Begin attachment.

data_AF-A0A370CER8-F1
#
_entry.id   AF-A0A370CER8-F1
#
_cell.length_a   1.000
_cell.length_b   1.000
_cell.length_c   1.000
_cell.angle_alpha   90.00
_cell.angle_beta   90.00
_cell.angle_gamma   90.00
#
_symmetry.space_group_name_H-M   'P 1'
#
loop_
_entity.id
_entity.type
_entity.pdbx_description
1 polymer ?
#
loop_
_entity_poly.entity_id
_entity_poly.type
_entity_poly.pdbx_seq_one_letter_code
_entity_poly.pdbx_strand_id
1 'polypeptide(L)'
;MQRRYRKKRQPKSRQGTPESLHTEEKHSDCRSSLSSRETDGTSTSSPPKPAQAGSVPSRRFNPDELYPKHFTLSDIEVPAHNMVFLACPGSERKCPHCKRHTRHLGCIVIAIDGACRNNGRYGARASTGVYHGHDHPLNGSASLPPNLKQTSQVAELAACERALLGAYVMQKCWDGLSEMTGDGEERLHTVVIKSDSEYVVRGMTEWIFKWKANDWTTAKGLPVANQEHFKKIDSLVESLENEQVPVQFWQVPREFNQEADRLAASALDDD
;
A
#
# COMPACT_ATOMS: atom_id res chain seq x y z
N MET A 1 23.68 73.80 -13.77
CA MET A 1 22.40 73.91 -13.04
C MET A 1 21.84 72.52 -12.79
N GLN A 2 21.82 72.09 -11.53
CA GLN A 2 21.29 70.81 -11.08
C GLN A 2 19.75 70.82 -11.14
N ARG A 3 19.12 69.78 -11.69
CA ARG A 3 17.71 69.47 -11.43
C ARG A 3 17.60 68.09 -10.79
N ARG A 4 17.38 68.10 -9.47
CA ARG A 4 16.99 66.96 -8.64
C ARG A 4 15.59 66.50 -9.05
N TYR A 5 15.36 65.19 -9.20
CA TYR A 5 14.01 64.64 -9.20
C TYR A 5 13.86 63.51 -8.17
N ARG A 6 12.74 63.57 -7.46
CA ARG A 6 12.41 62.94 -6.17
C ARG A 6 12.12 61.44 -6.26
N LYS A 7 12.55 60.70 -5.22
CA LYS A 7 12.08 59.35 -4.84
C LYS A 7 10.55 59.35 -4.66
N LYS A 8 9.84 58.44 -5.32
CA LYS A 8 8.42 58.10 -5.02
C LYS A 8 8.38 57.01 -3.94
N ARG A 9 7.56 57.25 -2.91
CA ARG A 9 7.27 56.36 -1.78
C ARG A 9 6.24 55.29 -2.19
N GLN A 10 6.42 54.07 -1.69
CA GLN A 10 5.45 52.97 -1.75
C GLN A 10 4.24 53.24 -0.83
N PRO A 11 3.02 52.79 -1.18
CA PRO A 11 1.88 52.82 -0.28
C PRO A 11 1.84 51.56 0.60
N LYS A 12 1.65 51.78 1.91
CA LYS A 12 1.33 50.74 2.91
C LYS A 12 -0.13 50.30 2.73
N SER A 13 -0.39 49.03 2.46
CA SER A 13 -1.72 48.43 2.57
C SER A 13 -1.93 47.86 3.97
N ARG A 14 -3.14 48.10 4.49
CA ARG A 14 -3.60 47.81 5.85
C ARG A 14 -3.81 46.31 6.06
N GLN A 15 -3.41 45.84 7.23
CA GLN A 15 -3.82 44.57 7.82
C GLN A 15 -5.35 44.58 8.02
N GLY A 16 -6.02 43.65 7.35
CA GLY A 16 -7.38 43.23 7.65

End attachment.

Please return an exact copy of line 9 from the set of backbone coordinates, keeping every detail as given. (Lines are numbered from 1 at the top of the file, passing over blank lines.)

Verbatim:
_cell.angle_beta   90.00